B vitamins and omega-3 fatty acids are essential nutrients involved in numerous metabolic processes that play a significant role in cognitive health. Due to the lack of new drugs to treat cognitive impairment, researchers are looking more and more at nutrients to delay or prevent cognitive decline. An interesting study just published January 6, 2016 in the Journal of Alzheimer’s Disease addressed this issue. Here, researchers investigated whether omega-3 fatty acid status had an effect on the use of B vitamins in mild cognitive impairment (MCI).
Previous studies have already established that B vitamins can slow cognitive decline in the elderly. In fact, last week I shared the importance of vitamin B12 in learning and memory later in life, and the relationship between age-related decreased B12 levels and their association with neurological disorders.
In this new study, we see that this effect of B vitamins on cognitive decline was most pronounced in those who had above average homocysteine levels, a biomarker related to B vitamin status that may be toxic to the brain. The research team found that there was a link between omega-3 levels, homocysteine, and brain atrophy rates. The connection may lie in the fact that homocysteine plays a role in regulating phospholipid metabolism and omega-3 distribution by the methionine cycle, and B vitamins are essential for the production of phospholipids.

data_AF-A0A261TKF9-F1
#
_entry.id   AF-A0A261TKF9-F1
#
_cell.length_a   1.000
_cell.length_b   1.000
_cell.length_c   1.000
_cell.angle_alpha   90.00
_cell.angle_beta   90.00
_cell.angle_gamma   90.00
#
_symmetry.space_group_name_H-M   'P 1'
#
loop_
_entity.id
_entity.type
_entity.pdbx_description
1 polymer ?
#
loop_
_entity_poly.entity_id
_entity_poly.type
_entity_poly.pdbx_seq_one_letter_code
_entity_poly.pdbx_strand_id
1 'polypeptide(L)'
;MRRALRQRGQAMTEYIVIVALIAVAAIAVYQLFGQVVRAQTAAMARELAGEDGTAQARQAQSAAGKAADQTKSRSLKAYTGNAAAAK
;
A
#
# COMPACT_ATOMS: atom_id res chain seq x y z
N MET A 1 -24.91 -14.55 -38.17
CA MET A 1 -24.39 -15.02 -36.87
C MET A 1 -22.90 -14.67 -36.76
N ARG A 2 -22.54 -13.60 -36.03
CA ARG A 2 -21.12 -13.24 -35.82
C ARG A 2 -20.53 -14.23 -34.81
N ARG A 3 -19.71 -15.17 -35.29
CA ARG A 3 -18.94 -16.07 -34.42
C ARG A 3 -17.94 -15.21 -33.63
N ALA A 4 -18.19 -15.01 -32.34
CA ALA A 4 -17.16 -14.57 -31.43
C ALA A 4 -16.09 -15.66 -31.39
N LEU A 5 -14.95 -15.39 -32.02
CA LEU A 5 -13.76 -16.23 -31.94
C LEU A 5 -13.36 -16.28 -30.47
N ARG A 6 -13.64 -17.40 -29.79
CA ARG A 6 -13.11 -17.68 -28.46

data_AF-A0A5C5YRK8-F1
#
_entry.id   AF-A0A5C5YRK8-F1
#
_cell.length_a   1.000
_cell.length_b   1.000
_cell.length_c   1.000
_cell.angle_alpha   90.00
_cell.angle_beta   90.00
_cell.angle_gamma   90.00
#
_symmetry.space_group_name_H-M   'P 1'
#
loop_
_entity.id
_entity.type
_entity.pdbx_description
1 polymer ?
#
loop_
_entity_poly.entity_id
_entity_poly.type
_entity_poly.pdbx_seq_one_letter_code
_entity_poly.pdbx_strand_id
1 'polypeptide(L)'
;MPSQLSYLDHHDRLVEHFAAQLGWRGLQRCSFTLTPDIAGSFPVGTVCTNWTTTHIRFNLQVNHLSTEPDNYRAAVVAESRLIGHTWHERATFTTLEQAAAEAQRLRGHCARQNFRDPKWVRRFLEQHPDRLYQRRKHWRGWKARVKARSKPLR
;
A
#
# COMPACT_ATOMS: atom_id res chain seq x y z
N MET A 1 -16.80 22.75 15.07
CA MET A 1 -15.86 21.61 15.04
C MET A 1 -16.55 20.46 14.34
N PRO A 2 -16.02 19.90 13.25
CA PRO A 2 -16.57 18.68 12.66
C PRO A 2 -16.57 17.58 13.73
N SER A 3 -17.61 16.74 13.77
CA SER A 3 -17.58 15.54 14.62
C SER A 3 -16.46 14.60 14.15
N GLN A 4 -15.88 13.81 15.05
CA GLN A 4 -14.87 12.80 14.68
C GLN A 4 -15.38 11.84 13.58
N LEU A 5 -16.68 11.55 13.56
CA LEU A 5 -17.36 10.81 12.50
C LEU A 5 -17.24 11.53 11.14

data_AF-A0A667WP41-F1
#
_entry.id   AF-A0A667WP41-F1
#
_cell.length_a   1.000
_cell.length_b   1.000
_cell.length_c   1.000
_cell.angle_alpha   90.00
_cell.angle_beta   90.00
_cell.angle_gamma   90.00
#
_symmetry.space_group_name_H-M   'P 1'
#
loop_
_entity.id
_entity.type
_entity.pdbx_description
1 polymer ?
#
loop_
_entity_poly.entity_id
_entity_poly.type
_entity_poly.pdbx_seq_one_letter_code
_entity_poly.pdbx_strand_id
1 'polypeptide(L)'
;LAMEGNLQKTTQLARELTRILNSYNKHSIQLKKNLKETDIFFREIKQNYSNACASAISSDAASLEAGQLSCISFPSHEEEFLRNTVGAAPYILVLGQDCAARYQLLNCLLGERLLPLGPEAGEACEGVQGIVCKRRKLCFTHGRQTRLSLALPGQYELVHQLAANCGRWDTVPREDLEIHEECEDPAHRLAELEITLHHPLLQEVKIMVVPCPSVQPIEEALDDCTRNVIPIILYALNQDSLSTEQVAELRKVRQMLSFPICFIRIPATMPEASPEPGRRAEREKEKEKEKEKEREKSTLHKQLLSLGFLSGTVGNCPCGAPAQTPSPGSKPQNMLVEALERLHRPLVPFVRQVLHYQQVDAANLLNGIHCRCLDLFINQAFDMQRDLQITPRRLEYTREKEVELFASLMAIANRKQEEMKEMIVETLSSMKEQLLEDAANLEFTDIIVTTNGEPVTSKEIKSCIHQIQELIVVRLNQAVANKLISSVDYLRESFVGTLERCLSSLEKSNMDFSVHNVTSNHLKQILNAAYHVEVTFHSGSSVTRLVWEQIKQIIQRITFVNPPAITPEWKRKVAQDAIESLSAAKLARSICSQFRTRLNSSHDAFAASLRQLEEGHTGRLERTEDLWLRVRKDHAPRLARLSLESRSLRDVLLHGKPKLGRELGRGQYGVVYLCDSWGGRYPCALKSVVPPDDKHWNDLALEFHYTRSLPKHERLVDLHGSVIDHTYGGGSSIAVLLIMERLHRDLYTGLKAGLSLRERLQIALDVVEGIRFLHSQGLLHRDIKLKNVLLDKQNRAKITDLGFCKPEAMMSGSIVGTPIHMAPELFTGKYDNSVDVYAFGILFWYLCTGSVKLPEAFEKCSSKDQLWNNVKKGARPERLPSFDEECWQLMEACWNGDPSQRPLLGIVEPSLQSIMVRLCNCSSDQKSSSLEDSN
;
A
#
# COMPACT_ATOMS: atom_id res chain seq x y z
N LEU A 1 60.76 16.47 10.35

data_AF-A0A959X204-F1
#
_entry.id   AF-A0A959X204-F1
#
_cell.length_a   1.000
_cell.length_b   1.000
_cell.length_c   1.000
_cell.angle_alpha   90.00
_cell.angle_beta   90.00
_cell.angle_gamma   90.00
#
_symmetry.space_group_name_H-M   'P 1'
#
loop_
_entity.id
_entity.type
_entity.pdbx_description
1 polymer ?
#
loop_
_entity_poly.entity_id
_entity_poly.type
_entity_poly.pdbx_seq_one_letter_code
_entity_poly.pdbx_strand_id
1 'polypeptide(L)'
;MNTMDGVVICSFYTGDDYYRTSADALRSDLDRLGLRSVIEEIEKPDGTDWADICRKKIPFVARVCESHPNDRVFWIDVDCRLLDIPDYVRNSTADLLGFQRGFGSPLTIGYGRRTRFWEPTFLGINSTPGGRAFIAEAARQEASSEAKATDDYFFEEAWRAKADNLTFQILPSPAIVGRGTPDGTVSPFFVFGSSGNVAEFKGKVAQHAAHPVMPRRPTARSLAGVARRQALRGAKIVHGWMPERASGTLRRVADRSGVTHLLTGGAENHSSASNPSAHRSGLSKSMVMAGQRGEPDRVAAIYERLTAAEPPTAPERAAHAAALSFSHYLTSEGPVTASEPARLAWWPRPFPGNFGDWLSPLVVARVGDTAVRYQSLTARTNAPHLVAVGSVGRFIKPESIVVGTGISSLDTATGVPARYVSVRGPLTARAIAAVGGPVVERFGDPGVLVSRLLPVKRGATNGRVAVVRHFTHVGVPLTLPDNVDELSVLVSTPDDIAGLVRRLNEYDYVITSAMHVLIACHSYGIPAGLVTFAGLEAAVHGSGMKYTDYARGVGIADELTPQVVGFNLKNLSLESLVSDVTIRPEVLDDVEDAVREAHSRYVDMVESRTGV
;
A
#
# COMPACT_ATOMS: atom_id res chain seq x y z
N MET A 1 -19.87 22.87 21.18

Two hundred and sixty six participants with MCI over 70 year of age were randomized to B vitamins (folic acid, vitamins B6 and B12) or placebo for 2 years. Researchers measured baseline cognitive test performance, clinical dementia rating (CDR) scale, and plasma concentrations of homocysteine, DHA and EPA fatty acids. The final results for verbal delayed recall, global cognition, and CDR were better in the B vitamin-treated group according to increasing baseline concentrations of omega-3s. In contrast, the scores in the placebo group were similar across these concentrations. Among those with good omega-3 status, 33% of those on B vitamin treatment had global CDR scores >0 compared with 59% among those on placebo. Among all 3 outcome measures, higher concentrations of DHA alone significantly improved the cognitive effects of B vitamins, whereas EPA appeared to be less effective.
This study demonstrated that B vitamins have no effect on cognitive decline in MCI when omega-3 levels are low. However, when omega-3 levels are in an upper normal range, B vitamins can help slow down cognitive decline and brain atrophy. These findings suggest that a combination of fish oil supplements and B vitamins may help to improve cognition and reduce age-related memory decline.
Note: The ratio of EPA to DHA needs to be 2:1
My practice utilizes a wide array of Omega products. A wide array because what works for one patient may not necessarily work for another.
Call or write me for additional discussion on this all important connection between the Omega’s, Methylation, B Vitamins and Cognition